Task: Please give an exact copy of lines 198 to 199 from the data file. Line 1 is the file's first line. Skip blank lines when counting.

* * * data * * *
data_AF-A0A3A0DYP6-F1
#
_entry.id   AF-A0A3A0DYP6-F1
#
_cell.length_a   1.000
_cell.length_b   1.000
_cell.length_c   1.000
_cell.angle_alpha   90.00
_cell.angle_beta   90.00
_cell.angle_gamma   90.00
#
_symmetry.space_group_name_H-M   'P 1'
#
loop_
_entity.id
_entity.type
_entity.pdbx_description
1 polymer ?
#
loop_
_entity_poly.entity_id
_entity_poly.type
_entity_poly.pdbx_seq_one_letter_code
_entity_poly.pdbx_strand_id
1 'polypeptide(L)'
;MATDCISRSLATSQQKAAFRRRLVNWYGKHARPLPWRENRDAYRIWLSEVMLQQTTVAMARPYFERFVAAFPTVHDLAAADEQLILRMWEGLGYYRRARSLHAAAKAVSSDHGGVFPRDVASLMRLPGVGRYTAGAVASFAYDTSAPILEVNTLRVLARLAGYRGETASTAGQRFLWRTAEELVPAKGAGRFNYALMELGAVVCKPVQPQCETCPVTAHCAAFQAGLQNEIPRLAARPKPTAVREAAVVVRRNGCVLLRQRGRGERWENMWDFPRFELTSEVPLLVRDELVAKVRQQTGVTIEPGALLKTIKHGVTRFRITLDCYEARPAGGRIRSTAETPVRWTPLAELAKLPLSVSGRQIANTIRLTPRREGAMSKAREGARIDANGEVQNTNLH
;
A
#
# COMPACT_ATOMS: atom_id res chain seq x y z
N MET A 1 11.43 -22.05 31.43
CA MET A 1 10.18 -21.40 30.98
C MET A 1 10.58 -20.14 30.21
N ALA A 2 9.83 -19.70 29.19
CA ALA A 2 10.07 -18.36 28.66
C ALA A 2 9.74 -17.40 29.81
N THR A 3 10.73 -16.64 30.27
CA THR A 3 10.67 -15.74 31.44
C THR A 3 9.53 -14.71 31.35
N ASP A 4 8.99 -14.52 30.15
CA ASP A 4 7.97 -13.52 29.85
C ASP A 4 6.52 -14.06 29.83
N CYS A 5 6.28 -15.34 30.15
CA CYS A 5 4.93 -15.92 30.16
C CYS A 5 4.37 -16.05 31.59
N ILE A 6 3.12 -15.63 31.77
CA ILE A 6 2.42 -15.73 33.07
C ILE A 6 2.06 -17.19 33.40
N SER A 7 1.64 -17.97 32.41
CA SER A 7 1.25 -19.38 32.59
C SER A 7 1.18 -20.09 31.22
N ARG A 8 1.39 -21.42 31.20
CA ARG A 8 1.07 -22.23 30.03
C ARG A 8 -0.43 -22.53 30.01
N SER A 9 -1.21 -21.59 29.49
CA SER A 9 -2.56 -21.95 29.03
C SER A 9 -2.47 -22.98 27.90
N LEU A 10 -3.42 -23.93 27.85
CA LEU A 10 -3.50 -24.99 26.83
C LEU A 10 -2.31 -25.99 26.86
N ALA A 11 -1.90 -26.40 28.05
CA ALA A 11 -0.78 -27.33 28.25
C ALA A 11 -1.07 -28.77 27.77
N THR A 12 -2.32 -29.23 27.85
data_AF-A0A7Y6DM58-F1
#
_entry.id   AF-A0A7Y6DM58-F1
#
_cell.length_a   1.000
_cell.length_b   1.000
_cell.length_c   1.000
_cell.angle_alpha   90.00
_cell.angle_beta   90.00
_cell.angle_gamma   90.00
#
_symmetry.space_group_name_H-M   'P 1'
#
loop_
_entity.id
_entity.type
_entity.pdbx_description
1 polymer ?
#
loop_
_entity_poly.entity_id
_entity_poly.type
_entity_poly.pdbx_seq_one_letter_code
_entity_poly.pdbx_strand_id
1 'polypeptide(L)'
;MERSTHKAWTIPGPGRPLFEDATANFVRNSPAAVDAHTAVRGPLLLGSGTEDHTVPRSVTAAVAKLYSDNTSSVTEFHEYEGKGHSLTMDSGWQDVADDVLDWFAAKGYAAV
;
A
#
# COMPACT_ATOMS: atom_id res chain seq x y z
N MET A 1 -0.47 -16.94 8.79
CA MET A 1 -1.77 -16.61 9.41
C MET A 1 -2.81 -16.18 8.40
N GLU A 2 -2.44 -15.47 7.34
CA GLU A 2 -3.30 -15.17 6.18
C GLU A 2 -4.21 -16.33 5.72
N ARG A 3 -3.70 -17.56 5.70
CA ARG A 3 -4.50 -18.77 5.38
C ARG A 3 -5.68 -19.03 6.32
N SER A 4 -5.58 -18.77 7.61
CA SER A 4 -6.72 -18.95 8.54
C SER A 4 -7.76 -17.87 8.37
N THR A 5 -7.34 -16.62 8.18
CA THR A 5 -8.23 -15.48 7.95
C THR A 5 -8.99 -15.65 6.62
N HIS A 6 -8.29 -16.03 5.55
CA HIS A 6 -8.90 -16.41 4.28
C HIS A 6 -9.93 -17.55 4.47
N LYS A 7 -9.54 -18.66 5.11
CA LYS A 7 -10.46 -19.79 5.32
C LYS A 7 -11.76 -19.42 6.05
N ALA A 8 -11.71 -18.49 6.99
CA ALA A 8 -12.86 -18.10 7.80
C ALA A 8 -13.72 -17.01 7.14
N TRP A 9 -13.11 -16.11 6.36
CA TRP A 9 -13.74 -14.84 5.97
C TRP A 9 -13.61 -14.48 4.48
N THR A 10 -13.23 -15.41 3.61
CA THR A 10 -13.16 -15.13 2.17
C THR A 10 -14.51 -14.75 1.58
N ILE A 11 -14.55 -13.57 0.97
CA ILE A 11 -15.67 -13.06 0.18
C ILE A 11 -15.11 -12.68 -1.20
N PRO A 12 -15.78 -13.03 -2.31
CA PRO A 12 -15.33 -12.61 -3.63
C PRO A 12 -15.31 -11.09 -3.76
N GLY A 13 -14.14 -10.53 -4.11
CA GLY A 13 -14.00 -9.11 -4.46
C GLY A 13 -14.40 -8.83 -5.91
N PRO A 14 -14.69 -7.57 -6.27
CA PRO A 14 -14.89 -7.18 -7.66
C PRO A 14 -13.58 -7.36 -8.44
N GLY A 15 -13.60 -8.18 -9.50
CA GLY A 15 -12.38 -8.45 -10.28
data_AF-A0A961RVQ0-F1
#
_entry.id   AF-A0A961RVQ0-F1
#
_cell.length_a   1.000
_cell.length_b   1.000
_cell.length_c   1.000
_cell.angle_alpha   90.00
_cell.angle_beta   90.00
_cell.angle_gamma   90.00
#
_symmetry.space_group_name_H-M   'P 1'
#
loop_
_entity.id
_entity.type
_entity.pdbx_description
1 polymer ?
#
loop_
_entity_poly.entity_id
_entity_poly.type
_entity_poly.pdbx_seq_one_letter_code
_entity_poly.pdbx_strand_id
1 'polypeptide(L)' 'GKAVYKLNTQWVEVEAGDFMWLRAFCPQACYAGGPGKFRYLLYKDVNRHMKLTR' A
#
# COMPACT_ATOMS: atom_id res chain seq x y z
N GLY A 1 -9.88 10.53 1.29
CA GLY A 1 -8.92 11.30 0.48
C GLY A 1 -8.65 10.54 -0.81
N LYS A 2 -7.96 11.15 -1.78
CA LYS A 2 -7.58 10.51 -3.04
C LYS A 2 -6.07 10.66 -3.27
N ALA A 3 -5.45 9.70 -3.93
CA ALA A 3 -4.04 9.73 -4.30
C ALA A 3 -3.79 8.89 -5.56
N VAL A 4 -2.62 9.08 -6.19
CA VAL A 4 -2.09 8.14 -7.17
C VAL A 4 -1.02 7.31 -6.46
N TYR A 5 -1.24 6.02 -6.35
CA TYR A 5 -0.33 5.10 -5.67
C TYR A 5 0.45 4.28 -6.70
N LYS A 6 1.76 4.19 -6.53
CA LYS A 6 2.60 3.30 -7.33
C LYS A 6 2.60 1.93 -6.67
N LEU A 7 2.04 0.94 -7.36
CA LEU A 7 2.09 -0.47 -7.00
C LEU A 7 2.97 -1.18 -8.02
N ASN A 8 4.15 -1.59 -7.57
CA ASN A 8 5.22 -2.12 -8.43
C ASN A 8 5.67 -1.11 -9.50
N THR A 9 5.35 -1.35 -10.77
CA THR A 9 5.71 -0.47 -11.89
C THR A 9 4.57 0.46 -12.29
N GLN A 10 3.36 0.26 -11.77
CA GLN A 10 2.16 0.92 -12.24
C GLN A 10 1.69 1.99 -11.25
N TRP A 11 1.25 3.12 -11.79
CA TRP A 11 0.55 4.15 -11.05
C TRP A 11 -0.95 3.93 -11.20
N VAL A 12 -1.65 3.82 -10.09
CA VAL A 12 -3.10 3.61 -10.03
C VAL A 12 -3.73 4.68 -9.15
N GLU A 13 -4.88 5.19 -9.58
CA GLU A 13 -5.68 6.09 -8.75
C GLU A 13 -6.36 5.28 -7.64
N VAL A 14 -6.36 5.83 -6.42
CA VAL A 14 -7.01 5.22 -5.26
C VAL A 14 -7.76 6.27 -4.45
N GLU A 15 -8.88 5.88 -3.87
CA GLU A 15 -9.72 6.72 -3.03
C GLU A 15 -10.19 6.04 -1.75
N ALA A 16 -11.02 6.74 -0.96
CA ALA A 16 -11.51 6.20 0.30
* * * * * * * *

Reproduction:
C TRP A 11 -0.95 3.93 -11.20
N VAL A 12 -1.65 3.82 -10.09